Archive | March, 2020

Covid-19 in SoCal 2020

14 Mar


Since everyone else is sharing Covid-19 Panic stories, I thought I’d send a report from the SoCal scene–which, really, can be summed up by the photo above. And the virus hasn’t really even hit us yet! More on that in a minute.

George, who after 40 years of smoking (he has now been smoke free for 12 years) has COPD, was told by our doctor two weeks ago that he had to stop his volunteer work at an elementary school because he is high risk for any kind of respiratory illness. He is very sad about that, but is still going out shopping every day! Three days ago, he went to TJs, and while it was a bit crowded, they still had everything on the shelves. Yesterday, he went to Target–all pharmaceuticals gone, no TP, and the lines were so long, he left. Then he went to TJs, our local one, and it was absolutely packed with people. He was still able to get most of the stuff we needed. But then we realized we had forgotten goat’s milk (I can’t drink regular cow’s milk). I went with him, hoping I could persuade him to stay in the car while I braved the masses. By the afternoon, our local TJs had a line waiting to get in, and was apparently out of most everything. So we went over to the bigger TJs across town. We first stopped at Sprouts, which was busy, but not overrun, and still pretty well stocked–but no goat’s milk. So off to the other TJs. All the milks were for some reason in abundant supply, but there was no meat, no bread, no TP (of course!). We didn’t even look for hand sanitizer. As someone else has written, if TJs wants to know what products they can drop or get less of in future, they only have to check out what few items are left on their shelves now!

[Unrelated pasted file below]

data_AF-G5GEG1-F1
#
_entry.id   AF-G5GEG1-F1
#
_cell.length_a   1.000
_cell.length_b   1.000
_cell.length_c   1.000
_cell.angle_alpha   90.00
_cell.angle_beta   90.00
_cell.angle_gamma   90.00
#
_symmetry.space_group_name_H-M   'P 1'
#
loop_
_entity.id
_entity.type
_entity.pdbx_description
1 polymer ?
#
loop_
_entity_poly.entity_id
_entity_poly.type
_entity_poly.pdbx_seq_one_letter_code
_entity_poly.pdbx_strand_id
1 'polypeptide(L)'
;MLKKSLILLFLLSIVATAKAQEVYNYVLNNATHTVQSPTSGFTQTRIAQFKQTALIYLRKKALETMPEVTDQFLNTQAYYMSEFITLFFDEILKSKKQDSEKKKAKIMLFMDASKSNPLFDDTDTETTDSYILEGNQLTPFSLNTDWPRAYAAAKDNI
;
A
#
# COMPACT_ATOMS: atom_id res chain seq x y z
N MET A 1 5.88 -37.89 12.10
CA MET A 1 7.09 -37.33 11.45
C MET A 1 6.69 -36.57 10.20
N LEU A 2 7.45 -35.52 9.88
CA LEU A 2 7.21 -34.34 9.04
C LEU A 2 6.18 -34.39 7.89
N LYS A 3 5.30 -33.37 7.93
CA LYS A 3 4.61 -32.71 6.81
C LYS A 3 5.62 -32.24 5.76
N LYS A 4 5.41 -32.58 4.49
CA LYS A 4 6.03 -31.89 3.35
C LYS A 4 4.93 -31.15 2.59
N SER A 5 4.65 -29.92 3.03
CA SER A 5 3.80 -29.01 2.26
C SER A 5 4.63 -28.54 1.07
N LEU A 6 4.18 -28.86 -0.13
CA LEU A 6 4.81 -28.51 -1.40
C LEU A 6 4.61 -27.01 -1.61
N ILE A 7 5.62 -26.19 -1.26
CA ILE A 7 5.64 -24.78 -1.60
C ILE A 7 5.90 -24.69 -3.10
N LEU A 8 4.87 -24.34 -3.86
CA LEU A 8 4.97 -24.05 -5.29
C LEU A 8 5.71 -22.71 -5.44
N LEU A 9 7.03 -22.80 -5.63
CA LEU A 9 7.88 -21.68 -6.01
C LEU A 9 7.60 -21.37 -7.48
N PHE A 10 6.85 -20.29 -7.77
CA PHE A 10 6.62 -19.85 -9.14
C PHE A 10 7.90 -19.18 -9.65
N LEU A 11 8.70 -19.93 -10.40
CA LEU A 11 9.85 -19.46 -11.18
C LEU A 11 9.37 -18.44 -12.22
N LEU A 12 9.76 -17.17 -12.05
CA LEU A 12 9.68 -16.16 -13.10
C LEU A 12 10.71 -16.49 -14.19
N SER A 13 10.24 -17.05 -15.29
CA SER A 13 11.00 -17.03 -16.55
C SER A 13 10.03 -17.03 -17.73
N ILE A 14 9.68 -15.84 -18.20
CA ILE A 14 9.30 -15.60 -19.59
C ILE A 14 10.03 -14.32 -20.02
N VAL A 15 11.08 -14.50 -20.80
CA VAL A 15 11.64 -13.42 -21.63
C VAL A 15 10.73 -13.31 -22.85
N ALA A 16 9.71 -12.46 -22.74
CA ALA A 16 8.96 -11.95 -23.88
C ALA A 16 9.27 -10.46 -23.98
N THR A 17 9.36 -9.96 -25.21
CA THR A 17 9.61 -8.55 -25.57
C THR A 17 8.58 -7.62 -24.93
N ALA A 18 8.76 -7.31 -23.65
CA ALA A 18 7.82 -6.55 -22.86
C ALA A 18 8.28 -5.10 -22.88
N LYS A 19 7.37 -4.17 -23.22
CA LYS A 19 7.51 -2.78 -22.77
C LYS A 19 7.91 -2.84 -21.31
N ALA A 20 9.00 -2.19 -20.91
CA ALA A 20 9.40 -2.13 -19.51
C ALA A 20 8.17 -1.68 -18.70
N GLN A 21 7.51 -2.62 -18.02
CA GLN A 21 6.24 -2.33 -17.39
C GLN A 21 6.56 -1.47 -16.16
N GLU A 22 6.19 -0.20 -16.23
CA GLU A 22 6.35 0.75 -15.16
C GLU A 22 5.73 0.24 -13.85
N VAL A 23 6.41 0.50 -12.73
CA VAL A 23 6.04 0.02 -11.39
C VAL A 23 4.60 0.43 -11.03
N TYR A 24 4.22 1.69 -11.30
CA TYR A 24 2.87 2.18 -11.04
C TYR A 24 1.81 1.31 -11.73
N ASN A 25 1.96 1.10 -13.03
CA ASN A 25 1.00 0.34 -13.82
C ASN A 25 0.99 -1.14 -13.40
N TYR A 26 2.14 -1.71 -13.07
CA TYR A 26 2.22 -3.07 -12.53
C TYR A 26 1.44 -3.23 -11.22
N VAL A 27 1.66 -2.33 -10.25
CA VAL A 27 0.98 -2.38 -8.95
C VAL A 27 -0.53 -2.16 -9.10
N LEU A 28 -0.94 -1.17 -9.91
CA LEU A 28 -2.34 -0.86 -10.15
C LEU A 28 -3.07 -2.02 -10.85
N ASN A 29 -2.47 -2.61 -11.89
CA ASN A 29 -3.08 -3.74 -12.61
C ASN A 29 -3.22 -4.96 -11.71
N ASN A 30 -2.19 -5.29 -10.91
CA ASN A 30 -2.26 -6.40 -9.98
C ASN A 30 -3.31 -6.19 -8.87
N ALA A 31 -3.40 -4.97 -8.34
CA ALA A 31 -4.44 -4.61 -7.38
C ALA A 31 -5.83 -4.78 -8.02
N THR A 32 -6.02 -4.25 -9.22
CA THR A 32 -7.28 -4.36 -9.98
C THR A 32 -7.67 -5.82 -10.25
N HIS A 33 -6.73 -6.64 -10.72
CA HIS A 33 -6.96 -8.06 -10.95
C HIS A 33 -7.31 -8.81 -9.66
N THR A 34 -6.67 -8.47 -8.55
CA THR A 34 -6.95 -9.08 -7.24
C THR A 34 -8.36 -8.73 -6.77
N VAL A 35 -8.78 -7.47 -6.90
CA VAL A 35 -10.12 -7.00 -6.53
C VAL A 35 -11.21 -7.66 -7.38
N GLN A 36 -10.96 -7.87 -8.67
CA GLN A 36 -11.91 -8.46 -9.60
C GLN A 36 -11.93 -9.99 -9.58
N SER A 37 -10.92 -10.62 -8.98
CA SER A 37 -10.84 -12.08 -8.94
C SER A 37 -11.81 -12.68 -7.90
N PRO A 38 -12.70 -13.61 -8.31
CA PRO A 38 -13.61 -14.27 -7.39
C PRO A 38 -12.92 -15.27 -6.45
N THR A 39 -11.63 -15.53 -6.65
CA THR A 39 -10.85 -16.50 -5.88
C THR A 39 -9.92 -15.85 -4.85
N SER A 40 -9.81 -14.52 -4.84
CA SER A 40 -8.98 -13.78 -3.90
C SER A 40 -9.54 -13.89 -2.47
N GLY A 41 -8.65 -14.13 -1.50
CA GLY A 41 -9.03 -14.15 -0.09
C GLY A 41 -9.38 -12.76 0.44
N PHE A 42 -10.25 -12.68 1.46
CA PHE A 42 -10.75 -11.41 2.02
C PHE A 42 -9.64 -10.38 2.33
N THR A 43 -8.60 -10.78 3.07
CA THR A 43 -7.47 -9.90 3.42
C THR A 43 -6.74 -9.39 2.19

People were all very well-behaved, even a bit of cameraderie, and we saw no fights over food items as have been reported elsewhere. Personally, I am fascinated by the obsession with toilet paper. Why is that the biggest worry? There are other methods of dealing with your tush, you know!

As for SoCal preparedness: the biggest worry is that we won’t be able to “flatten the curve,” and that serious cases of infection will hit all at once and hospitals will be overwhelmed. Pasadena already has a serious shortage of beds and care facilities. Now most venues have closed for public events–my art tours have been cancelled, since the museums are cancelling all such events–and we’re all hunkering down (well, sort of). George thinks that until “it” really hits, we don’t have that much to worry about. Sigh. He IS washing his hands a lot, as am I. For us in SoCal, spoiled by our usual good weather, this quarantine is made less serene by the fact that we have much-needed rainy weather right now, and it is supposed to stay this way for another week. Gray skies do not help our mood of impending doom.

As for the national scene, here’s my tip: do not pay any attention to the ravings of the spurious Commander in Chief, and listen to the people who really know something about whatever issue is at hand.  There are lots and lots of good sources online that can both lift your spirits and give you factual information. Turn off the so-called news. Good luck, everyone!